Making sense of ‘help to buy’

Yesterday Revenue announced the details of the new ‘help to buy’ scheme. It is designed to make buying a home more realistic for first time buyers and to increase the supply of new homes. Whether it’s a good or bad idea is beside the point, what most people want to know is how it works so here’s the breakdown.

It’s a scheme to allow first time buyers buying a new home to get a rebate of up to 5% of the purchase price or contract price (whichever is the lower) from income tax and DIRT tax paid in the past four tax years to a maximum of €20,000. The property must cost less than €500,000 or 600k for retrospective applications, the size of the loan versus the value of the property must also be 70% or more.

So, for every €100,000 of value you must be borrowing at least €70,000 the idea being that very cash rich buyers don’t need this help. It started on the 19th of July 2016 and goes until the 31 Dec 2019.

Now that it’s …

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Central Bank rule changes discussed on Today FM’s ‘The Last Word’

We were part of a panel discussion with Matt Cooper on the ‘The Last Word’ the day the Central Bank rule changes were announced.

The panel consisted of Charlie Weston from the Irish Independent, Brendan Burgess from AskAboutMoney.com and Karl Deeter of Irish Mortgage Brokers.

There were differing views where the for/against was clearly laid out and the concerns about whether it’s a good idea.

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RTE News at 6 features Irish Mortgage Brokers

We were asked for a comment on the Central Bank switching report by RTE News at 6. We believe it is telling us what many already intuitively know, that by being assertive and moving away from lenders who charge more that people will ultimately save money.

There is a counterbalancing argument about the savings being estimated over the life of the loan, but equally, the report doesn’t factor in switching contributions which could sway it back in favour of moving from expensive providers to lower cost lenders.

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Drivetime RTE: Mary Wilson speaks to us about mortgage rates, 22nd May 2015

We spoke with Mary Wilson of Drivetime on RTE about mortgage rates and what the implications were of the changes Michael Noonan (Irish Minister of Finance) announced that day. We also read through the Central Bank report on the subject and considered the findings of their analysis in terms of the impact it might have on borrowers.

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What is happening with fixed rates?

We have been asked a few times about fixed mortgage rates and why they are lower than standard variable rates at the moment.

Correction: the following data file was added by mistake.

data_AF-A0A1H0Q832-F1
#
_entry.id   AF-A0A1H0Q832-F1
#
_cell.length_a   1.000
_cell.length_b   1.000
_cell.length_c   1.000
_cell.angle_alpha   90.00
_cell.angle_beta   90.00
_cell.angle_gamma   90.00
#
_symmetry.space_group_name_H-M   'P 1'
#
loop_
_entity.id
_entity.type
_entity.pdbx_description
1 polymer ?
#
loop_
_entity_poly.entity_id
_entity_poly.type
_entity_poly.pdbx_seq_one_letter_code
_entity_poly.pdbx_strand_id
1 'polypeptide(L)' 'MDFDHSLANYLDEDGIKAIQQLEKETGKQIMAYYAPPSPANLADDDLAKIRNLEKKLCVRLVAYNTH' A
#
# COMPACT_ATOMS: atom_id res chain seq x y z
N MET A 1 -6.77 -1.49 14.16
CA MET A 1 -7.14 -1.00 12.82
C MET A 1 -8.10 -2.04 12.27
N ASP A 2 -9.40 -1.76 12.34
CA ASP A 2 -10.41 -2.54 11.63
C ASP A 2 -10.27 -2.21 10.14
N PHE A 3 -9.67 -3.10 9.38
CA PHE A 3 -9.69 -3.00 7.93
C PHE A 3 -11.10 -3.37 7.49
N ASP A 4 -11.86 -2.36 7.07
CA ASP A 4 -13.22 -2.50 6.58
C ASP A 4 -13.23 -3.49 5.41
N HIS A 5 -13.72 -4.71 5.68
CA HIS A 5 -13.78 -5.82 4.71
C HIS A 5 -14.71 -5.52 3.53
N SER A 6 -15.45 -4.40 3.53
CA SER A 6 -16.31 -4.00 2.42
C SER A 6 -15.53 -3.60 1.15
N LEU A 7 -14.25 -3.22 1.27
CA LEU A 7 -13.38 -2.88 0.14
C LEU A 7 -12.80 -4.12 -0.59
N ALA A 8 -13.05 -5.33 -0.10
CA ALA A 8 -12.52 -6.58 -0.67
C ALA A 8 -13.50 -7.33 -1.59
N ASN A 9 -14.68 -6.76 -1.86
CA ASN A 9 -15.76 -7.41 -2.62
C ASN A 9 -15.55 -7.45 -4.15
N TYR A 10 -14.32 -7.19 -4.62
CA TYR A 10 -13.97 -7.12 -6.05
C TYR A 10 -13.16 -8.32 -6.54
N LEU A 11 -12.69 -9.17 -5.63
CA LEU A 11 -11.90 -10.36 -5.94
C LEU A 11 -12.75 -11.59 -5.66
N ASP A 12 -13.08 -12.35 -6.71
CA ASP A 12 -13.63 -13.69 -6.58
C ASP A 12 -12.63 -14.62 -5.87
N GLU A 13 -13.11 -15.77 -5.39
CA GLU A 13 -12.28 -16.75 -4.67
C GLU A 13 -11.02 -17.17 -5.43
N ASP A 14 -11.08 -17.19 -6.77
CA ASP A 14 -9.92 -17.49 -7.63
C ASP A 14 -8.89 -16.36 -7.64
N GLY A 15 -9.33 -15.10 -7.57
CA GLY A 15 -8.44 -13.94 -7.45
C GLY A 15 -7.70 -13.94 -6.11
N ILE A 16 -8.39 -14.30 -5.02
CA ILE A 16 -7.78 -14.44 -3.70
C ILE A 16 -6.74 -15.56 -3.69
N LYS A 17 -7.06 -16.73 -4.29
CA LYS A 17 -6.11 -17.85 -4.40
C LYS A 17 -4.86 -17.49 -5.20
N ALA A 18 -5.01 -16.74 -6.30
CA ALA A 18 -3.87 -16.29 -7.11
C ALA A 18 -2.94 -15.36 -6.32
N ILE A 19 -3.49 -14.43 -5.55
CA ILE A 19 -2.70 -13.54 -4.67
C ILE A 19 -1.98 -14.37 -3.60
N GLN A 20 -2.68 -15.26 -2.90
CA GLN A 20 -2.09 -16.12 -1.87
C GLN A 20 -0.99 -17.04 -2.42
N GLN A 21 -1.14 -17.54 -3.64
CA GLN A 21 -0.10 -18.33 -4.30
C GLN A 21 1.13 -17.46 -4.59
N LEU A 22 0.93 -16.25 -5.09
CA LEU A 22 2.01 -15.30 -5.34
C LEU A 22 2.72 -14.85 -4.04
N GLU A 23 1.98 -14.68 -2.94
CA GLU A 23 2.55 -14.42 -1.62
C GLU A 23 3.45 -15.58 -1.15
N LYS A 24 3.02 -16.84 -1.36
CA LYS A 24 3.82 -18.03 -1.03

This has been going on for a few months in the mortgage market and the reason is fairly simple, lending rates are going to drop over time.

The one year fixed rate has traditionally been one that is used to attract business to a bank or building society. They are often a loss leading rate and after availing of it the person goes onto a higher rate or another fixed rate so we have to strip them out.

But from the 2yr rate onwards you normally paid a premium over and above the standard variable rate. So what is happening?

Lower fixed rates mean that banks are going to capture a margin that is likely to decline in the near future. The Euro yield curve is below.

What you see is that it is negative (below zero) for many years into the future, in fact, it’s only hitting …

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RTE Drivetime: Talking money on ‘Kidults’ with Karl Deeter & Jill Kerby

This week on RTE Drivetime’s ‘Talking Money’ segment we looked at the issue some parents have with ‘Kidults’ who are grown up children living at home. There are many reasons behind the increased occurrence of people remaining at home, and there are both advantages and disadvantages, we tried our best to give some tips that might help!

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Mortgage rates set to drop and competition to increase in 2015

We have commented several times since last year that the trend for mortgage rates in 2015 will be to see them drop. With spreads of c. 300bp’s on lending it makes it one of the reliably profitable sectors of banking given the stringent underwriting being applied.

With the Central Bank looking to curtail first time buyers but doing nothing about incumbent borrowers getting restricted it means that they have directed the market towards refinancing.

This is because one of the niches left on the table is that of existing variable rate holders, which banks will now try to tempt away from one another in an effort to grow market share.

There are many who cannot take part and below is a list of the mortgage holders who won’t benefit.

Those in negative equity, they are going to be stuck when it comes to refinance, they can trade up with a negative equity mortgage but they won’t be able to ‘switch’. Those on fixed rates which accounts for in the region of 50,000 mortgage accounts, they face break penalties, and only …

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